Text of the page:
high alcohol, low crop, close spacing, no irrigation, organic farming, biodynamic farming, organic pesticides, warm days/cold nights, old vines, a wine tastes of the soil, unfiltered, unfined, tartrate instability, native yeasts, gravity flow, non-interventional winemaking, no additives, small wineries make better wine than large wineries, winemaking is an art, luddites make better wine, young winemakers are more creative than old ones, barrel makers actually make their barrels from the forests they claim, an expert winemaker does not need chemical analysis and can rely solely on his palate (particularly in determining harvest date by crunching up some grapes in his mouth), and a taster claiming to taste on a hundred point scale actually uses more than a thirty point spread to score wines and can accurately and reproducibly do so.

    (sorry Steve, couldn’t resist putting that one in).

  8. STEVE!

    In 20 years of being a sommelier I don’t think I ever once sold a bottle of wine by remarking how low the yield was for that particular bottle. That simply wouldn’t work. However, I was often told the yield, if it were very low, by the salespeople who were trying to sell the wine to me. Did I care? Not when I’m tasting the damn wine and can judge for myself whether I think it’s any good. That said, an awful lot of sommeliers (not me) did sell wine by mentioning how many points it received… Without P.R. and Marketing people does Wine Enthusiast even exist?

  9. I beleive Peter O’Conner nailed it. As to Morton, what are you going to do when “They” produce a “Wine” that tastes absolutely superb but has no grapes in it. I’m sure it’s possible but do you (we) want to drink it? Don’t throw the baby out with the bathwater.

  10. Balanced yields are the key to producing quality grapes. Some regions (soils/rootstocks/clones/insert your set of qualifiers here) produce wonderful wines at four tons per acre, and some regions produce wonderful wines at eight or nine tons to the acre. I thank you for touching on the fact that vine spacing now varies greatly. When every vineyard was based on eight by eight spacing of head pruned vines, comparisons based on tons per acre were VASTLY more relevant than they are today.

  11. I never could understand the crowing about 1/2 ton yields per acre – how is that good for the vine or for the bottom line? Balance in everything is always the answer, but yes…it’s (relatively) easy and pleasurable to make wine. Selling it is a different story entirely. Steve, on your point about gorgeous new equipment – I only wish that the folks who design these would have to figure out how to clean and sanitize them before they put them into production! Always a conundrum and always too many nooks and crannies!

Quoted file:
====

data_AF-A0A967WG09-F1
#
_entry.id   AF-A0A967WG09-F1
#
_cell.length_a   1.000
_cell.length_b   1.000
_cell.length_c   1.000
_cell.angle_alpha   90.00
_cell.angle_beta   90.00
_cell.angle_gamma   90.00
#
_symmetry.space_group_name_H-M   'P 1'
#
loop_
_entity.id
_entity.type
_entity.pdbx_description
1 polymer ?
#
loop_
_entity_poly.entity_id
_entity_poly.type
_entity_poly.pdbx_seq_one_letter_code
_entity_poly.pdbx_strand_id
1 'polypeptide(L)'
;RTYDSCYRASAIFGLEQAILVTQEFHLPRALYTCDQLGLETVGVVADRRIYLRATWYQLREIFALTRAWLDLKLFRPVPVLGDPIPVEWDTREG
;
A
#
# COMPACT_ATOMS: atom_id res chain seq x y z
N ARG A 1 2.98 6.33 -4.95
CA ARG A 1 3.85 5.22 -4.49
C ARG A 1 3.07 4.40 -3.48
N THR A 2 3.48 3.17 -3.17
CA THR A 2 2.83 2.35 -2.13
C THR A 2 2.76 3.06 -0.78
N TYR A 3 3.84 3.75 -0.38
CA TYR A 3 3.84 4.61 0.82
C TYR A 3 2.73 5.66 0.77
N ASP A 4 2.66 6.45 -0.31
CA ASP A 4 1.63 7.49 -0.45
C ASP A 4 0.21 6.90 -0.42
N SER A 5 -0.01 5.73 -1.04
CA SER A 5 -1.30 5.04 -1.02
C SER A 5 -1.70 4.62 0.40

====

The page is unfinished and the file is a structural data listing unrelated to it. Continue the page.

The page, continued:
12. These ‘findings’ are rediculously unscientific. What matrix is being used to determine wine quality, and where does the winemaker come into play? The question should never have been “Does lower yield = better wine?”, it should have been “Does lower yield = better grapes?” Not all winemakers are the same. I also find it interesting that this ‘study’ came from Gallo. Not exactly known for thier low yields.

  13. A viticulturist’s perspective: True, yield is not directly inversely related to quality. There is no physiological mechanism in the vine that responds to crop level. Oh, except sugar loading. There is a finite amount of sugar being produced by the leaves and the fruit is the sink for that sugar. More sinks = less sugar uptake and vice-versa. But sugar concentration does not necessarily equate to quality. And I agree with Nick in that low yields may negatively impact quality by creating rapid sugar accumulation that outpaces other (more important) aspects of “flavor ripening”. I’ve seen low yields imposed on vines just for the sake of low tons per acre, only to have them reach 26+ brix without being ready to harvest due to “green” tannins and other unripe characteristics. All that said, overcropping is a detriment to wine quality, if fine wines are the goal. Densely-grouped clusters create uneven ripening amongs the population of clusters (not to mention disease). It’s really all about creating a uniform microclimate for each and every cluster and then creating uniformity of maturation of the population of clusters/berries. This is done by dropping clusters where congested and by thinning out green fruit in late stages of veraison. This reduces yield beyond what the vine may be capable of producing, but its purpose has nothing to do with yield.